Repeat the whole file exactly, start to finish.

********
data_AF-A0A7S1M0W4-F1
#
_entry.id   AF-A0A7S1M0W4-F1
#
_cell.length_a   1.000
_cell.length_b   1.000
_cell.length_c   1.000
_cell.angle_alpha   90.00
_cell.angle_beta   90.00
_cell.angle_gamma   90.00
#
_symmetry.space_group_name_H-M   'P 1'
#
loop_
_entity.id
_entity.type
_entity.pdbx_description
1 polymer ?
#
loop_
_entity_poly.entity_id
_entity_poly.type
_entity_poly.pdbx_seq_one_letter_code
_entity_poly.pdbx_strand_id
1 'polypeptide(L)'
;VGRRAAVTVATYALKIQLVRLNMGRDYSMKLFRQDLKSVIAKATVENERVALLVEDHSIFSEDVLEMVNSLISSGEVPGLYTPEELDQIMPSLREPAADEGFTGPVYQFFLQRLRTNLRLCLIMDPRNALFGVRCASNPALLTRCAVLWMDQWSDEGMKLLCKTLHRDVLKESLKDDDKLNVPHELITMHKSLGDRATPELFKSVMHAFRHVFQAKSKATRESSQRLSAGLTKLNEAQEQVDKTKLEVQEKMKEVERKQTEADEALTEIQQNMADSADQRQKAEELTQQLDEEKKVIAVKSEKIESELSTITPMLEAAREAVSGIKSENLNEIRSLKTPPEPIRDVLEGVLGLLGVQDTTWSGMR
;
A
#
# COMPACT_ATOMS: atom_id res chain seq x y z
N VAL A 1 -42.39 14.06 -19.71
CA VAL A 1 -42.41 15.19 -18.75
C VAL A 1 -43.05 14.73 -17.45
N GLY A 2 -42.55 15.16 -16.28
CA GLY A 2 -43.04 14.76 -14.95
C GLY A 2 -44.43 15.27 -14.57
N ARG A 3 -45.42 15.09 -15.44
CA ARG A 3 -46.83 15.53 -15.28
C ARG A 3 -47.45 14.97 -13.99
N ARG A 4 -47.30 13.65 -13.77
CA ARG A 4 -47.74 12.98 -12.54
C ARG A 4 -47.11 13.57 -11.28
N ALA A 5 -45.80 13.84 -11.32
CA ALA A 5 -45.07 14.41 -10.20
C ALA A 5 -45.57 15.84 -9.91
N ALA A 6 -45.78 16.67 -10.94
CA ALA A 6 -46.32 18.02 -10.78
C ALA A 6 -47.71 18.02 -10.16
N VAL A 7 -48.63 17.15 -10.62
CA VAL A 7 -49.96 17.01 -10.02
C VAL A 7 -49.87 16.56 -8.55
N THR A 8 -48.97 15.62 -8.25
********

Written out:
data_AF-A0A7S1M0W4-F1
#
_entry.id   AF-A0A7S1M0W4-F1
#
_cell.length_a   1.000
_cell.length_b   1.000
_cell.length_c   1.000
_cell.angle_alpha   90.00
_cell.angle_beta   90.00
_cell.angle_gamma   90.00
#
_symmetry.space_group_name_H-M   'P 1'
#
loop_
_entity.id
_entity.type
_entity.pdbx_description
1 polymer ?
#
loop_
_entity_poly.entity_id
_entity_poly.type
_entity_poly.pdbx_seq_one_letter_code
_entity_poly.pdbx_strand_id
1 'polypeptide(L)'
;VGRRAAVTVATYALKIQLVRLNMGRDYSMKLFRQDLKSVIAKATVENERVALLVEDHSIFSEDVLEMVNSLISSGEVPGLYTPEELDQIMPSLREPAADEGFTGPVYQFFLQRLRTNLRLCLIMDPRNALFGVRCASNPALLTRCAVLWMDQWSDEGMKLLCKTLHRDVLKESLKDDDKLNVPHELITMHKSLGDRATPELFKSVMHAFRHVFQAKSKATRESSQRLSAGLTKLNEAQEQVDKTKLEVQEKMKEVERKQTEADEALTEIQQNMADSADQRQKAEELTQQLDEEKKVIAVKSEKIESELSTITPMLEAAREAVSGIKSENLNEIRSLKTPPEPIRDVLEGVLGLLGVQDTTWSGMR
;
A
#
# COMPACT_ATOMS: atom_id res chain seq x y z
N VAL A 1 -42.39 14.06 -19.71
CA VAL A 1 -42.41 15.19 -18.75
C VAL A 1 -43.05 14.73 -17.45
N GLY A 2 -42.55 15.16 -16.28
CA GLY A 2 -43.04 14.76 -14.95
C GLY A 2 -44.43 15.27 -14.57
N ARG A 3 -45.42 15.09 -15.44
CA ARG A 3 -46.83 15.53 -15.28
C ARG A 3 -47.45 14.97 -13.99
N ARG A 4 -47.30 13.65 -13.77
CA ARG A 4 -47.74 12.98 -12.54
C ARG A 4 -47.11 13.57 -11.28
N ALA A 5 -45.80 13.84 -11.32
CA ALA A 5 -45.07 14.41 -10.20
C ALA A 5 -45.57 15.84 -9.91
N ALA A 6 -45.78 16.67 -10.94
CA ALA A 6 -46.32 18.02 -10.78
C ALA A 6 -47.71 18.02 -10.16
N VAL A 7 -48.63 17.15 -10.62
CA VAL A 7 -49.96 17.01 -10.02
C VAL A 7 -49.87 16.56 -8.55
N THR A 8 -48.97 15.62 -8.25